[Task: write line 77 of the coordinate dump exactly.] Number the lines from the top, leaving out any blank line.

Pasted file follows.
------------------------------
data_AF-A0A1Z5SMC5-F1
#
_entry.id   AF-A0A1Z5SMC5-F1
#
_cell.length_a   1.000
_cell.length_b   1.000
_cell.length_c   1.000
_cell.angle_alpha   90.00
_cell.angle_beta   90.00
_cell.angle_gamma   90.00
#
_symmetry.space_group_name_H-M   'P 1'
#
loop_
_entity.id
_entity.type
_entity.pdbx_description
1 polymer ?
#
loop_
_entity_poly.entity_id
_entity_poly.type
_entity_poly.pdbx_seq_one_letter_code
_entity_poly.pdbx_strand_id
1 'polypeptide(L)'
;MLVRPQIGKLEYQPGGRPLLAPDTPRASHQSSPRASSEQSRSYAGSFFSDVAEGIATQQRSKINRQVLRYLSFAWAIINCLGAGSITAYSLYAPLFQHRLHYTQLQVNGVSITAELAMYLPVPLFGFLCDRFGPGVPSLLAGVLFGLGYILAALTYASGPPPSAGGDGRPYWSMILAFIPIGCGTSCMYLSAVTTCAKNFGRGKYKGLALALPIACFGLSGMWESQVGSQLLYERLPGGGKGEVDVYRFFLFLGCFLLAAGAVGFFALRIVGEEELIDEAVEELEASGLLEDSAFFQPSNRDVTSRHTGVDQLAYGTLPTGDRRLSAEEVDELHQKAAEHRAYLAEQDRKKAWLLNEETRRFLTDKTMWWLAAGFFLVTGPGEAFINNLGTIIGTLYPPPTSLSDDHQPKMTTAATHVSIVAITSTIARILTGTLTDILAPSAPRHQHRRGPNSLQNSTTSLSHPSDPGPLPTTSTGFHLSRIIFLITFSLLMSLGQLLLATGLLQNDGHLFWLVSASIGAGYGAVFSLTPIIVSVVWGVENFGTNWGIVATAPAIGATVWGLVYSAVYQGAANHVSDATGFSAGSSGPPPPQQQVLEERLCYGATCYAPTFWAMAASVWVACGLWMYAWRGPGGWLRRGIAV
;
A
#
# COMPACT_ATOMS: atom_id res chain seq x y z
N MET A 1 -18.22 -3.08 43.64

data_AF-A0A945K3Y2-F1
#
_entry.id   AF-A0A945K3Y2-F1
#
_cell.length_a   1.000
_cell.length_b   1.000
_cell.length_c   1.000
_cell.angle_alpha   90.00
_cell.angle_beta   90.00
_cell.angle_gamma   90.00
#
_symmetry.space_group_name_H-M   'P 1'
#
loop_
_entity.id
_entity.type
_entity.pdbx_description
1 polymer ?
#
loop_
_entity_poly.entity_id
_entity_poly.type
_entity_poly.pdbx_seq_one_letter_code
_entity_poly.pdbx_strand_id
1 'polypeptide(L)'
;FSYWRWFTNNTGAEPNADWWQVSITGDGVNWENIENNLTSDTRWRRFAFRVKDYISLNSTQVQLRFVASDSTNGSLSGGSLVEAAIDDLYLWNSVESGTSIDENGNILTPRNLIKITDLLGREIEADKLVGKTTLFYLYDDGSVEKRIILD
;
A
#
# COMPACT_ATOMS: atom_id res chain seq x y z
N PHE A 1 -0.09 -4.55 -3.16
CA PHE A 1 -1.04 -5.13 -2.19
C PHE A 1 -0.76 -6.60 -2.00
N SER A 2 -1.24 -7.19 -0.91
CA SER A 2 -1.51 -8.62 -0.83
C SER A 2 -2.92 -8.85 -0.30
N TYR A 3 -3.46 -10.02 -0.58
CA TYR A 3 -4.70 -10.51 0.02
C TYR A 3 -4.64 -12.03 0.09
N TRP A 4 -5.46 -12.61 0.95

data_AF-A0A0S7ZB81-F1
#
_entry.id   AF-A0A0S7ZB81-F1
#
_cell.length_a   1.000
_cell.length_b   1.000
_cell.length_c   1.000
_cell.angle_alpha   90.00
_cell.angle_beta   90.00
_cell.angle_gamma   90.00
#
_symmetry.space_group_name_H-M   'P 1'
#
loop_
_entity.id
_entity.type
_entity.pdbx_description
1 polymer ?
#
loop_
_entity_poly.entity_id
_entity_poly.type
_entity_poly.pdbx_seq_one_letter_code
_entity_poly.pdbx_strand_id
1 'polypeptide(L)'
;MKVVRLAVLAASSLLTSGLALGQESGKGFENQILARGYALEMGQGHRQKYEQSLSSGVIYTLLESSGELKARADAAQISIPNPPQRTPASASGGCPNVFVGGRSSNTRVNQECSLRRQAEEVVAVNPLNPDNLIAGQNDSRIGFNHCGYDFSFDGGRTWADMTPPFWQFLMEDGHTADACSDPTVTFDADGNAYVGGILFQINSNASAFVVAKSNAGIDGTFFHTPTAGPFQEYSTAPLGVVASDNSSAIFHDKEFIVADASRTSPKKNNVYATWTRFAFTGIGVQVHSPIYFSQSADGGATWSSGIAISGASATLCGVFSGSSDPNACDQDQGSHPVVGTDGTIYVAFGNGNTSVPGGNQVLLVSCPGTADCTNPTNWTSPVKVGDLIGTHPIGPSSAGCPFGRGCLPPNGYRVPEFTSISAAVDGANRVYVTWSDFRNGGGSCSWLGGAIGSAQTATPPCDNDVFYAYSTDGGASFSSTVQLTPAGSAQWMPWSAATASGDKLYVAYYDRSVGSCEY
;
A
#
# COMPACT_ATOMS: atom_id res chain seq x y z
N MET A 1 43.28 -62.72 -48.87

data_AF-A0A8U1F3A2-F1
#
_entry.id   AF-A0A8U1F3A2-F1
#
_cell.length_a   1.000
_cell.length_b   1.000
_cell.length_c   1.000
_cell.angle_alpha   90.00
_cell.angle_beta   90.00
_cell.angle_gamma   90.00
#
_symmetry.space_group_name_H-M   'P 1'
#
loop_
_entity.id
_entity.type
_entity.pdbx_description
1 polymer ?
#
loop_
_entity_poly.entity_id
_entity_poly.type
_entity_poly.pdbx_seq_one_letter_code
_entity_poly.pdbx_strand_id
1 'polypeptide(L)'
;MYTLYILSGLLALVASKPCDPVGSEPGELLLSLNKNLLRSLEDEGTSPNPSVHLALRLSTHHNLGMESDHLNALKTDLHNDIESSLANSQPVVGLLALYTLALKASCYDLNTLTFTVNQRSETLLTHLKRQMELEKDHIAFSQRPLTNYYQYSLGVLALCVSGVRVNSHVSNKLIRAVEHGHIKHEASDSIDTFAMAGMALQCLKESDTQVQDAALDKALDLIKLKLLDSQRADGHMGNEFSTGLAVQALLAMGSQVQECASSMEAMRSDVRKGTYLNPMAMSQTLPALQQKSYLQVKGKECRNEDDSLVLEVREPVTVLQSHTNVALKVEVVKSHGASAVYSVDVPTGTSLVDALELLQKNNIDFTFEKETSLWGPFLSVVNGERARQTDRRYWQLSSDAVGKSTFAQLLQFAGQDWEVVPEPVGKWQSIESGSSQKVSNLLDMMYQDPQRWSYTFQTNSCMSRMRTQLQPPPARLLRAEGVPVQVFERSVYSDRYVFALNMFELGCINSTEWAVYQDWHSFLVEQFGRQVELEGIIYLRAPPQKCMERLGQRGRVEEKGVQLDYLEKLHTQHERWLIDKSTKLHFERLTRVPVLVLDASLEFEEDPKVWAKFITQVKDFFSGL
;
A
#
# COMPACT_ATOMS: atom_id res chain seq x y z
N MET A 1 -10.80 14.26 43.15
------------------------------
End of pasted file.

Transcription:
_cell.length_b   1.000